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Discussion in 'Too Hot for Swamp Gas' started by chompalot, Jan 16, 2014.
Of course, they do. And most people overestimate their capacity, especially men.
everyone that is against legalization goes straight to the "stoner" as an example. It could be true but in my experience every person that I know that smokes pot is a successful person. They have jobs, several run their own businesses and a few would be considered millionaires. These are friends, acquaintances and clients whose ages go from the mid 30's into the 70's. I have known more people whose lives were negatively impacted more by alcohol then weed.
There are more people who have been negatively impacted by alcohol than weed because more people have tried alcohol than weed. Part of the reason for this is that weed is illegal.
Do you know a lot of unsuccessful people? If all the people you know are successful, then there is a good chance that all the pot-smokers you know are successful. I'm fairly certain there are unsuccessful pot-smokers out there. Otherwise, the government has been holding back a dirty secret: that smoking pot is the most effective way of becoming successful. "I've tried everything, but I can't get this business model to work." "Have you tried smoking pot?"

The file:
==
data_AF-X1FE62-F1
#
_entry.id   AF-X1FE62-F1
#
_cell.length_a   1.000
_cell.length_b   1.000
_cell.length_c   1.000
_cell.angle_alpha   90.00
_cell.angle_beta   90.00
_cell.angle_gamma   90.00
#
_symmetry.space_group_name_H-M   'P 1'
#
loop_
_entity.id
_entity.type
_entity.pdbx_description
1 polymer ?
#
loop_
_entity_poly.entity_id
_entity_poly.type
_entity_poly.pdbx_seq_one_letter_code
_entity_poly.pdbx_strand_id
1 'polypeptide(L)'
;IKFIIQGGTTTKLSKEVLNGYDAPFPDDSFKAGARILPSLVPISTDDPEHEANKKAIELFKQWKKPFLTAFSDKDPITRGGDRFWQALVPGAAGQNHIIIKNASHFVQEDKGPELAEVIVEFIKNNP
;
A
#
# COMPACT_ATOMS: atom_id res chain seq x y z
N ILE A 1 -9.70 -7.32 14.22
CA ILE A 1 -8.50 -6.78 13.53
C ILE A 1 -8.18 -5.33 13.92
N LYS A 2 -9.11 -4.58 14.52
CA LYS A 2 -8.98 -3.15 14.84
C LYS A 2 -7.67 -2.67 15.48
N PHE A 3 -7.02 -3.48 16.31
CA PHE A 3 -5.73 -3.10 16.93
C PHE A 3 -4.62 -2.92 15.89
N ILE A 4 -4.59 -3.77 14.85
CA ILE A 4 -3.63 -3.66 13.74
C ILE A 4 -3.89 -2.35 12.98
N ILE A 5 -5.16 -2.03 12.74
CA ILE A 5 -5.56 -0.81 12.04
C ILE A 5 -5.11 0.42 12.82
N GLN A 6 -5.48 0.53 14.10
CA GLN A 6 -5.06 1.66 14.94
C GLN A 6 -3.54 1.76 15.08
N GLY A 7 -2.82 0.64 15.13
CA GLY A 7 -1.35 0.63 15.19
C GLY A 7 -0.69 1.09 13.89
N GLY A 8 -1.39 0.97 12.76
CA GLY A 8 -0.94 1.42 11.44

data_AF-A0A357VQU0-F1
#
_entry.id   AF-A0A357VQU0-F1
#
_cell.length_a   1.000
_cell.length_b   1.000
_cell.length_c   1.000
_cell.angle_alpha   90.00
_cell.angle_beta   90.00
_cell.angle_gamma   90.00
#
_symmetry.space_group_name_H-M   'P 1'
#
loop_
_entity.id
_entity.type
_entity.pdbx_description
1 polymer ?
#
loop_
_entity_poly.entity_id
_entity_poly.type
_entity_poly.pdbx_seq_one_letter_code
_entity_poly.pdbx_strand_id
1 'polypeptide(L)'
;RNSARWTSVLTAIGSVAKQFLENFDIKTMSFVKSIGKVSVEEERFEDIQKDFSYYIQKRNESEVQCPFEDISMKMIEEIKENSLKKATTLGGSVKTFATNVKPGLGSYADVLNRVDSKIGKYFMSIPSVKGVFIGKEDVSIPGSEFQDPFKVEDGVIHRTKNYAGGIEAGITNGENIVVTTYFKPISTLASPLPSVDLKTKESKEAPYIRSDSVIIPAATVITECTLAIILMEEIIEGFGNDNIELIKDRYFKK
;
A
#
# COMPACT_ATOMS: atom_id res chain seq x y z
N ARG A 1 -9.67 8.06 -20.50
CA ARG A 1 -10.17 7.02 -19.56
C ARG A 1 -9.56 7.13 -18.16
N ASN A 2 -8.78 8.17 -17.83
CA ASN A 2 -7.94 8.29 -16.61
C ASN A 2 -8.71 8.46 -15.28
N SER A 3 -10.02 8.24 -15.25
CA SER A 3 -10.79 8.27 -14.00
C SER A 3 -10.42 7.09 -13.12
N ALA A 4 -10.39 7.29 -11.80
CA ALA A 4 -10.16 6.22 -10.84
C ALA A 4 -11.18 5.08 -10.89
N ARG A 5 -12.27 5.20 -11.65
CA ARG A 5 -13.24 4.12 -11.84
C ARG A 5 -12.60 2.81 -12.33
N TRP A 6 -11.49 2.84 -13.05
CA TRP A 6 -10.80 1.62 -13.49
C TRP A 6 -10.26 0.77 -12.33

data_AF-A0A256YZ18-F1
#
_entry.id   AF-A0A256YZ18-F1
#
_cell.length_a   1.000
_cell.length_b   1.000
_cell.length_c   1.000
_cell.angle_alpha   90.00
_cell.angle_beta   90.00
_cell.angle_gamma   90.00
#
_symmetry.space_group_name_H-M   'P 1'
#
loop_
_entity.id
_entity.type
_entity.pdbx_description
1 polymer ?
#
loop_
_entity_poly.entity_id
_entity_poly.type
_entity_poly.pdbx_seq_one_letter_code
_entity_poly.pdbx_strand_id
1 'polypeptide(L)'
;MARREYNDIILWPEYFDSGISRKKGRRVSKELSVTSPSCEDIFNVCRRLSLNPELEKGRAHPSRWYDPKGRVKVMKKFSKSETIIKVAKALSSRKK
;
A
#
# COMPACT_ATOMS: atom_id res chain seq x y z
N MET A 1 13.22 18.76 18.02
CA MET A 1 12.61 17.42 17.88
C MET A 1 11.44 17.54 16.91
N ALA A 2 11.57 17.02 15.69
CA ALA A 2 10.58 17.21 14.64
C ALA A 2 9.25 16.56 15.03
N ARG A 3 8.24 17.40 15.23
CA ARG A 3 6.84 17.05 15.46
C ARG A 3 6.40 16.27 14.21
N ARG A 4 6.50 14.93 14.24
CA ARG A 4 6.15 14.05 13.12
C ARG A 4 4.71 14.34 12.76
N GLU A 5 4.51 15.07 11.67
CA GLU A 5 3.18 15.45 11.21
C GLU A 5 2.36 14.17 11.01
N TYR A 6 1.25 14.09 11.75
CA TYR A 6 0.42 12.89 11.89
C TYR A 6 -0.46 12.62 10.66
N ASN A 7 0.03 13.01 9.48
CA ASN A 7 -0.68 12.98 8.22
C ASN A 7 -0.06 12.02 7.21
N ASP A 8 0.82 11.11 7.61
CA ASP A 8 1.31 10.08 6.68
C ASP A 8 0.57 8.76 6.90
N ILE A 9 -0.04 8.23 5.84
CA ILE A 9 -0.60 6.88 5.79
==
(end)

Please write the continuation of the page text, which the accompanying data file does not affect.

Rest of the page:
Why wouldn't the jobless people just continue buying their marijuana on the black market? If the price goes up 400% as you claim, then the black market isn't going anywhere.
btw, the writers of Washington's legal marijuana law realized they might have to undercut black market prices, and put language in the initiative to help that happen. Basically if their sales suck, and the black market is thriving, they'll lower prices. They want the tax dollars
Text of Washington I-502
Sec. 10. The state liquor control board, subject to the provisions of this act, must adopt rules by December 1, 2013, that establish the procedures and criteria necessary to implement the following:
(c) Economies of scale, and their impact on licensees' ability to both comply with regulatory requirements and undercut illegal market prices;
(5) The state liquor control board shall regularly review the tax
levels established under this section and make recommendations to the
legislature as appropriate regarding adjustments that would further
the goal of discouraging use while undercutting illegal market prices.
No. Absolutely incorrect.